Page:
DULUTH, Minn. — In Duluth on Monday, the infamous gales of November came early and fiercely.
Fall’s colors turned dark gray, as an angry Lake Superior asserted itself as the master of the season.
“It’s really amazing to see the power of the lake,” Duluthian Chris Busche said. Dressed in rain gear, Busche was among the Duluthians who came down for a closer look. “You don’t understand it really until you’re right now here next to it,” Busche said.
Wind gusts of 60 miles an hour stirred up the lake and knocked out power to 9,000 homes and businesses.
City officials suggested staying away. Some, like Busche, couldn’t help themselves. “Come down to the lake, if you’re gonna live up here, might as well enjoy it,” he said.
Parts of touristy Canal Park were closed to traffic because of street flooding, as was access, temporarily, to the Park Point neighborhood beyond Duluth’s historic lift bridge.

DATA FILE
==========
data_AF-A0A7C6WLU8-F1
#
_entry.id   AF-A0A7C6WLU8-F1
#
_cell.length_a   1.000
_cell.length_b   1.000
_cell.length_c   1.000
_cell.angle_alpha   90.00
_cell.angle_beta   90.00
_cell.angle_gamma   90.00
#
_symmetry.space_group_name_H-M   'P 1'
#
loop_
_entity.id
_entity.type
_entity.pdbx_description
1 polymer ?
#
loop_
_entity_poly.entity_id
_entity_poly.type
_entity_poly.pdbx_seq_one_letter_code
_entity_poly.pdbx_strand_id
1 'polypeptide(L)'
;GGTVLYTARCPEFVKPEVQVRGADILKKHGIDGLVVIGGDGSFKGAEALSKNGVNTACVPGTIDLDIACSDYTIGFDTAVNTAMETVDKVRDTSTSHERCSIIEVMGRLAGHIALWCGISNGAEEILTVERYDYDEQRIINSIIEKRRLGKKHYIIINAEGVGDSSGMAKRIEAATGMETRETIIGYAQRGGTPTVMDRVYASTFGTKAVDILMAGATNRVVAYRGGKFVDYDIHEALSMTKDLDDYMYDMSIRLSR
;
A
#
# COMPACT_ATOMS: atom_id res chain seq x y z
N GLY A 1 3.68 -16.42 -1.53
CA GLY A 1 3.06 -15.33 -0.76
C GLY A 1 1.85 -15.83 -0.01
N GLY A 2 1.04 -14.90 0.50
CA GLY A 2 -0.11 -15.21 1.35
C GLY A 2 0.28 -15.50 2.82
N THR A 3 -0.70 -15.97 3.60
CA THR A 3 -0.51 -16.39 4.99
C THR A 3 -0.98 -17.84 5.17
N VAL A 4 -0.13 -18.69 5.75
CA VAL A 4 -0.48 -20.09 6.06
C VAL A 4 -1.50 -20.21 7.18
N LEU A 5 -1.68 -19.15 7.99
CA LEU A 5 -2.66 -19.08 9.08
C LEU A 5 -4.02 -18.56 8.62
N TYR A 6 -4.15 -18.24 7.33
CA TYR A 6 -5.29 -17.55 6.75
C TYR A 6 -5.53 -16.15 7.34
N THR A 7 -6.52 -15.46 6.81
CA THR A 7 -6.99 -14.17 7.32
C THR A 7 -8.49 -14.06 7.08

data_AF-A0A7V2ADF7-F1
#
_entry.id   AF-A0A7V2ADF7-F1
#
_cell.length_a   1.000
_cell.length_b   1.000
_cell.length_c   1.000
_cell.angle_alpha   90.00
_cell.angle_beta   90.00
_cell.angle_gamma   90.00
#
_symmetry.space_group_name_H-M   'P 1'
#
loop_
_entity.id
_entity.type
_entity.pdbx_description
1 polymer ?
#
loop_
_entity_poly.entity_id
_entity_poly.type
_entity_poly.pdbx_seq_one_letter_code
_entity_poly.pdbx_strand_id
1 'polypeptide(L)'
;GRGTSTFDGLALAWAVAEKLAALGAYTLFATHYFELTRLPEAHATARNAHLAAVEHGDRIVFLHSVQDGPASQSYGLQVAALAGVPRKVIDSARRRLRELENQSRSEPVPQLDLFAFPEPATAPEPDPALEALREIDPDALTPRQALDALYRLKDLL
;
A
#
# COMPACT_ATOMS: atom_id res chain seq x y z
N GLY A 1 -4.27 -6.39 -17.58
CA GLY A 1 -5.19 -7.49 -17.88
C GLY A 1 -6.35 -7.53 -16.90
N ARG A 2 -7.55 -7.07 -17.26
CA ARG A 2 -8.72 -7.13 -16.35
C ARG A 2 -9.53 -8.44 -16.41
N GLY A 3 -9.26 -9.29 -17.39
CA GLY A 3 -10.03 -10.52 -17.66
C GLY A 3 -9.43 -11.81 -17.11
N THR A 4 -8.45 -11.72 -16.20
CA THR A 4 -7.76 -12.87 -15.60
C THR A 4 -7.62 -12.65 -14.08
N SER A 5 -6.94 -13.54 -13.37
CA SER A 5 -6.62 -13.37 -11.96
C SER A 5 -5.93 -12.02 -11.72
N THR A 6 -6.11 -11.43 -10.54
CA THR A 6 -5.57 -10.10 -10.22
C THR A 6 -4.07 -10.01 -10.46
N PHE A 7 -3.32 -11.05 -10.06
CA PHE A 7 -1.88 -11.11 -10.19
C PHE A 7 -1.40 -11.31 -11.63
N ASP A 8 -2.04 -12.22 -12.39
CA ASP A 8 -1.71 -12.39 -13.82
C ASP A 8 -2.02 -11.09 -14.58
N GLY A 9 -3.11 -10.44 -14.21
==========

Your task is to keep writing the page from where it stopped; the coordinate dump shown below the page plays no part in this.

“We can’t get home,” Park Point resident John Crain said. Crain and his friend Kari McDonnell left Park Point for a movie and returned to barricades – and a nagging concern.
“A lot of backyards are flooded, even at my home the water’s in my backyard,” Crain said. “I’m going to go see if it’s gotten in my basement.”
McDonnell smiled and added, “And I’m going to pray.”
Back at the Lakefront, crashing waves punished the shoreline where Duluth’s Lakewalk used to be a favorite of visitors.
“It used to be right here,” said Randy Brody. “It’s been destroyed by previous storms and it hasn’t been rebuilt yet.”
At an evening press conference, Duluth Mayor Emily Larson raised the issue of climate change in relation to the storms.
“Yes, that’s a different press conference,” Larson said, “but we are definitely seeing them more often and with greater severity.”